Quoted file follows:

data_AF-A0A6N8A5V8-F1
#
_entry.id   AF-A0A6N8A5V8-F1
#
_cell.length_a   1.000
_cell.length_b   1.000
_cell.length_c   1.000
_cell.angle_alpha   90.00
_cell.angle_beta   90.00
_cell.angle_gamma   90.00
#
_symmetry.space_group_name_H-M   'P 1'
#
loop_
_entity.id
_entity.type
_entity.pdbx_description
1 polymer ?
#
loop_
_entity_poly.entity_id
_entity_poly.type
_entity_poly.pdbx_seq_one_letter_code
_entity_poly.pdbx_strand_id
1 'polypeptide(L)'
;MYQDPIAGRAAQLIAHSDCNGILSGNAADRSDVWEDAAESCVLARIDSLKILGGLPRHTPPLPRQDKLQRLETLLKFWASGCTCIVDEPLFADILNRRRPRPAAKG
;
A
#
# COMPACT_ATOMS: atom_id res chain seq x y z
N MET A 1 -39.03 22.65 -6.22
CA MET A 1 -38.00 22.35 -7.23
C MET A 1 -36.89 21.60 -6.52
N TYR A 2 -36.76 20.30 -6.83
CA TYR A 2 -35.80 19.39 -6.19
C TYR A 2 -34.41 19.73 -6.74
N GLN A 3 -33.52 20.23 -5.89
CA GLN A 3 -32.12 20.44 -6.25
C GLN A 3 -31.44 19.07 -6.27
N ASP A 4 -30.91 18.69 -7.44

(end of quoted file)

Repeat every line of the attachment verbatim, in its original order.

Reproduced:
data_AF-A0A6N8A5V8-F1
#
_entry.id   AF-A0A6N8A5V8-F1
#
_cell.length_a   1.000
_cell.length_b   1.000
_cell.length_c   1.000
_cell.angle_alpha   90.00
_cell.angle_beta   90.00
_cell.angle_gamma   90.00
#
_symmetry.space_group_name_H-M   'P 1'
#
loop_
_entity.id
_entity.type
_entity.pdbx_description
1 polymer ?
#
loop_
_entity_poly.entity_id
_entity_poly.type
_entity_poly.pdbx_seq_one_letter_code
_entity_poly.pdbx_strand_id
1 'polypeptide(L)'
;MYQDPIAGRAAQLIAHSDCNGILSGNAADRSDVWEDAAESCVLARIDSLKILGGLPRHTPPLPRQDKLQRLETLLKFWASGCTCIVDEPLFADILNRRRPRPAAKG
;
A
#
# COMPACT_ATOMS: atom_id res chain seq x y z
N MET A 1 -39.03 22.65 -6.22
CA MET A 1 -38.00 22.35 -7.23
C MET A 1 -36.89 21.60 -6.52
N TYR A 2 -36.76 20.30 -6.83
CA TYR A 2 -35.80 19.39 -6.19
C TYR A 2 -34.41 19.73 -6.74
N GLN A 3 -33.52 20.23 -5.89
CA GLN A 3 -32.12 20.44 -6.25
C GLN A 3 -31.44 19.07 -6.27
N ASP A 4 -30.91 18.69 -7.44